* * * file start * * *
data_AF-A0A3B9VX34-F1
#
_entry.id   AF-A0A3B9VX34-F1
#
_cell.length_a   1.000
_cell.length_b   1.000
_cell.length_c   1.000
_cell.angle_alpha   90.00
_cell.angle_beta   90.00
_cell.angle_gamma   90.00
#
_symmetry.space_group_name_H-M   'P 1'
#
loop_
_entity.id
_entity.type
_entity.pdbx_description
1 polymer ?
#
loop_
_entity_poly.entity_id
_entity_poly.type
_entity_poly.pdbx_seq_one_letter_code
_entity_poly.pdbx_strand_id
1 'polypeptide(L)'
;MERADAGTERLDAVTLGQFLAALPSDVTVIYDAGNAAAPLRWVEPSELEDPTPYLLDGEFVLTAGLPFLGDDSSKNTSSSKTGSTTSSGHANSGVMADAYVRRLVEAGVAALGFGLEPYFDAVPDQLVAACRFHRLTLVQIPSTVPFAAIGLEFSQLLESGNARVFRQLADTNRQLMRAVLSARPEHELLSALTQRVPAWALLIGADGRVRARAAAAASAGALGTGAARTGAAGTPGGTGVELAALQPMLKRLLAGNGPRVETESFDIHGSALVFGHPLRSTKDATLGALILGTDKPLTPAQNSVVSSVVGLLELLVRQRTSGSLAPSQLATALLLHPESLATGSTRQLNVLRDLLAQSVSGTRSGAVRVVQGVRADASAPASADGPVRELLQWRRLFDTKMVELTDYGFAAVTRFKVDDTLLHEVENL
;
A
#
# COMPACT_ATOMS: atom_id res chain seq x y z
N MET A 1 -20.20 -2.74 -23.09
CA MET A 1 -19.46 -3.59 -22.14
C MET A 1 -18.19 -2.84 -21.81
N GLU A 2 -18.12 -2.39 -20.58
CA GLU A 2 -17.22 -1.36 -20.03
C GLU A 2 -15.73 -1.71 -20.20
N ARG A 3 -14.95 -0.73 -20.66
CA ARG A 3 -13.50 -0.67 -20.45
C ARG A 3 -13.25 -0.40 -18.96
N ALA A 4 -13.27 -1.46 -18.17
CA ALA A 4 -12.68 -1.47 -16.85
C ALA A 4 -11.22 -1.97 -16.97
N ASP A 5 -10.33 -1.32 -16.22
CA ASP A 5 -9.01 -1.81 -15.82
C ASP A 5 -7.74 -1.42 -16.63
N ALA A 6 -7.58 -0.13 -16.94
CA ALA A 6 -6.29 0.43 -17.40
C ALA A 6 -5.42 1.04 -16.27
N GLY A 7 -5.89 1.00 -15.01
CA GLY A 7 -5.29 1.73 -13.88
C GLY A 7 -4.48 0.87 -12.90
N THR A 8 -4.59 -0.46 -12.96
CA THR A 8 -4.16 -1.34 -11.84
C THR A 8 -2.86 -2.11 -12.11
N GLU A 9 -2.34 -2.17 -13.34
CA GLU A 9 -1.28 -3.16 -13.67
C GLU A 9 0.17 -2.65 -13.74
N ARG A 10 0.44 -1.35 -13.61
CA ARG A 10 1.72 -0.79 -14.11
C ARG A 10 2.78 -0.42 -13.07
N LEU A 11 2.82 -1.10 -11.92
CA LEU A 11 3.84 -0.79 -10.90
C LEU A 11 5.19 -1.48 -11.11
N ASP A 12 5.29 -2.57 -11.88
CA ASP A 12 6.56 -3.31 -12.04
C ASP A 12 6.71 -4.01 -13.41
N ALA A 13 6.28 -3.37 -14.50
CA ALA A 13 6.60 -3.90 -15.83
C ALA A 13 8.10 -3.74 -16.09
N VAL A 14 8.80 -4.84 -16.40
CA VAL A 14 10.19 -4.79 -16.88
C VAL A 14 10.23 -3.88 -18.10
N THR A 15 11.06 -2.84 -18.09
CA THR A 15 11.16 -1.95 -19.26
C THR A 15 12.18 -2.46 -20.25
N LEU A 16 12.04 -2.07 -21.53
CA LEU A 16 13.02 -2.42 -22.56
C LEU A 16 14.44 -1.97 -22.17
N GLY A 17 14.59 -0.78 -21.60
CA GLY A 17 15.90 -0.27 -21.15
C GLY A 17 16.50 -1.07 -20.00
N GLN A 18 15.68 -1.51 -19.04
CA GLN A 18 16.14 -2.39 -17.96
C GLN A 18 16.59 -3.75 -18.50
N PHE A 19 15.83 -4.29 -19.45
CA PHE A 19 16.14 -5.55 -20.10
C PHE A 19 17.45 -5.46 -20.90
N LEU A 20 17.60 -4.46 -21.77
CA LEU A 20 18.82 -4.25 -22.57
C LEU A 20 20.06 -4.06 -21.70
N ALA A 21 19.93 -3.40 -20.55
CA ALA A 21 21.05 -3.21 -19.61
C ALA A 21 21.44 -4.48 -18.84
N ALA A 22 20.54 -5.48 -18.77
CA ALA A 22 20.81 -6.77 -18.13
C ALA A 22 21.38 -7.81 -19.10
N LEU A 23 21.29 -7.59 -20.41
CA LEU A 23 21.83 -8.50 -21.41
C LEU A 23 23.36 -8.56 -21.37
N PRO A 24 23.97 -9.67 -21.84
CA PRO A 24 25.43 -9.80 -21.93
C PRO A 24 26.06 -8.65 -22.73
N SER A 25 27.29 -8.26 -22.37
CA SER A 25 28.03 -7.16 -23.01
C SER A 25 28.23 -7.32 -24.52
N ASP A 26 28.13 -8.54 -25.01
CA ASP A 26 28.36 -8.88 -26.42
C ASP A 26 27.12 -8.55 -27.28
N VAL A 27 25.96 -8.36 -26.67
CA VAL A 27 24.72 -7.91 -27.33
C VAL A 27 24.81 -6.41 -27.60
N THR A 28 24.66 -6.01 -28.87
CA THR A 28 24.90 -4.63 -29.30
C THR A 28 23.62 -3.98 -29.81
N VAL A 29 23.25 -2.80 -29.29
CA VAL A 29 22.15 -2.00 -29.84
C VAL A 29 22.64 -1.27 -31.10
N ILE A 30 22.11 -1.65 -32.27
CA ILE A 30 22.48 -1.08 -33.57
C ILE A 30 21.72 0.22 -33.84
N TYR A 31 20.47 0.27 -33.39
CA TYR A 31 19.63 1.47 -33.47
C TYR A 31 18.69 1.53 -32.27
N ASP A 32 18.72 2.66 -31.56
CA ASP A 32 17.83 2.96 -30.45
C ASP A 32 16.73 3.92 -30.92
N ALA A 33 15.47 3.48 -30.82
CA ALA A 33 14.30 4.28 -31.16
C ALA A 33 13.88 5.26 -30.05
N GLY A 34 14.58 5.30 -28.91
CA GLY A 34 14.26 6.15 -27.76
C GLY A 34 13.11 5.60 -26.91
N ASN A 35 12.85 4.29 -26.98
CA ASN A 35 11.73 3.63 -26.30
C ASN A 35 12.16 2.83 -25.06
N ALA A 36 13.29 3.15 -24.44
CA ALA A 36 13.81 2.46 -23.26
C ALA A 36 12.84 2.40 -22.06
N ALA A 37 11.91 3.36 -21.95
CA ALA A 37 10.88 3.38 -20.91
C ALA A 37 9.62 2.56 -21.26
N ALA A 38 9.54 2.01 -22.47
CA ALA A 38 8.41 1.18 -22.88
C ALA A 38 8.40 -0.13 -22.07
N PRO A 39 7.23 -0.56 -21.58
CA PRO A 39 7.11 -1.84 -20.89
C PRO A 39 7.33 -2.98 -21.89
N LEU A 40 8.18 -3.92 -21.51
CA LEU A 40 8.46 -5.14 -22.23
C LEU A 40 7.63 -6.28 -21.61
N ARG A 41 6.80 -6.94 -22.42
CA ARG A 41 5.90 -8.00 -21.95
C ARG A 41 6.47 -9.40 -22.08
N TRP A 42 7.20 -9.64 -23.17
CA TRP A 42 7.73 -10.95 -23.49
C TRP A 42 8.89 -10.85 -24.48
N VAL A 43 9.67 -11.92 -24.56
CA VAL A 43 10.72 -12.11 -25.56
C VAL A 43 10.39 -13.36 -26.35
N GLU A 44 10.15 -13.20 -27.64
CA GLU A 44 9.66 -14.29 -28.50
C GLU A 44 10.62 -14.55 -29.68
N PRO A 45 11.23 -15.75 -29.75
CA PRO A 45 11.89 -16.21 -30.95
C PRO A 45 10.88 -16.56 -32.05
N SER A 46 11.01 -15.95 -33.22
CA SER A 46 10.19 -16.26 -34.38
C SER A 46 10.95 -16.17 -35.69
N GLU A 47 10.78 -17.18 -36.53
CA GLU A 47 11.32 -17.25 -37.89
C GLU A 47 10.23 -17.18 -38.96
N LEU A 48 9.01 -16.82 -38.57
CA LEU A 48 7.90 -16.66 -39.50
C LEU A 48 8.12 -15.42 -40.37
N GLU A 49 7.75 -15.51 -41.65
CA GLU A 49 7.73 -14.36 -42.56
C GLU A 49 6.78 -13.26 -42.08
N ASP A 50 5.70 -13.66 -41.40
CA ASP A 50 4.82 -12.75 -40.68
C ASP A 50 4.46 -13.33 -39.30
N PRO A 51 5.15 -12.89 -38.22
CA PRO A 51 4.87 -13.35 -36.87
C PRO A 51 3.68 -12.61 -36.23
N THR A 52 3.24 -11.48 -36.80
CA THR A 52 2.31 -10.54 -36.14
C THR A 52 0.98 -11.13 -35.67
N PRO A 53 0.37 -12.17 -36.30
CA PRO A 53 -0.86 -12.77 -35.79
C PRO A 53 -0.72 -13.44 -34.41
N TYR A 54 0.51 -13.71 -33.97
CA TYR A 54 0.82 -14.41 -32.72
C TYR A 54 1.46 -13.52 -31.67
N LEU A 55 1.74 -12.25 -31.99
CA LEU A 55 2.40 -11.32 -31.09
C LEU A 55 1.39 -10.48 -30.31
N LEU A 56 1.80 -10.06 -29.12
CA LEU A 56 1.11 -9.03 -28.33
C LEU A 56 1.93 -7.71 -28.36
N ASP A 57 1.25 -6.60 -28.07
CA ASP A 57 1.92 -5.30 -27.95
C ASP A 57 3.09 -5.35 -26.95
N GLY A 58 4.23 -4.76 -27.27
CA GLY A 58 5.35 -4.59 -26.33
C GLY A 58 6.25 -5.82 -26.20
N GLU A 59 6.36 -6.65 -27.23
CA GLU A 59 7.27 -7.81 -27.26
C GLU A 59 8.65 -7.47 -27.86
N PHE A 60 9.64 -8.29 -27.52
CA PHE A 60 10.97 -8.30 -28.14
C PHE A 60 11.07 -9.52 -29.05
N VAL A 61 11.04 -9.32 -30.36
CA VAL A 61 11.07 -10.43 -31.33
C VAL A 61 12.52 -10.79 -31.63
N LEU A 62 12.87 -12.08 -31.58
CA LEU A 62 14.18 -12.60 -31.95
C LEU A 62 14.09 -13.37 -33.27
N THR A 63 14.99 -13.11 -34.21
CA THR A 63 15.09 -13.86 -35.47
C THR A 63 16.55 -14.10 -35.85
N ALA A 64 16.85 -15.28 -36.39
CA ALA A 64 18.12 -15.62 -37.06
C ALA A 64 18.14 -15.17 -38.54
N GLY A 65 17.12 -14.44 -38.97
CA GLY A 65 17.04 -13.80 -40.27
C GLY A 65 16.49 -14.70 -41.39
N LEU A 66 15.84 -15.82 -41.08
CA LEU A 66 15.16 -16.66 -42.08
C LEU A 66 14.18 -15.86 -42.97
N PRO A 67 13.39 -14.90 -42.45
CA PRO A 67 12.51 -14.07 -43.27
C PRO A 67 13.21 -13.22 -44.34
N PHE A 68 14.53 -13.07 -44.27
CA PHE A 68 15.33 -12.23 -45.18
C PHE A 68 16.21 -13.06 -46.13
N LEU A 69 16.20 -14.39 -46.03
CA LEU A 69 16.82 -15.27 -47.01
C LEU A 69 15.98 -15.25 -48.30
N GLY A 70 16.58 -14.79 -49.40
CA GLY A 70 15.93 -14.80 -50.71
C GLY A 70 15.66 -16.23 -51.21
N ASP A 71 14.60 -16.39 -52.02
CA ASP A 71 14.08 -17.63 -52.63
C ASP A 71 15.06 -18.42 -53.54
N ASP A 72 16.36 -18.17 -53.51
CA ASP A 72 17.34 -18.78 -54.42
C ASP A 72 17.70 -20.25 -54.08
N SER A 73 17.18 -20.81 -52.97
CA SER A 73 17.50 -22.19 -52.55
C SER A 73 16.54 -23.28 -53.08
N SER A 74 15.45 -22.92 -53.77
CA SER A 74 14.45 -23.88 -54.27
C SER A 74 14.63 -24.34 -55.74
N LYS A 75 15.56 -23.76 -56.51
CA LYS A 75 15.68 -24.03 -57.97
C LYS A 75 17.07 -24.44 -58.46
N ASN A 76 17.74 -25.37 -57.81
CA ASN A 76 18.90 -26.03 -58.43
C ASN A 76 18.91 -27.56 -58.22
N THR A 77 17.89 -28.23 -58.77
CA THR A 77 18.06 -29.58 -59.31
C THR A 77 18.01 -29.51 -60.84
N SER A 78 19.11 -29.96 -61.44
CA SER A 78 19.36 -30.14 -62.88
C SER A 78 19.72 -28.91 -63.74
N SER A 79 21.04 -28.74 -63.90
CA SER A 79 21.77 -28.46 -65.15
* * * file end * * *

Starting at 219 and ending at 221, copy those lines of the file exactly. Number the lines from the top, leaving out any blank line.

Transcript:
C THR A 63 16.55 -14.10 -35.85
N ALA A 64 16.85 -15.28 -36.39
CA ALA A 64 18.12 -15.62 -37.06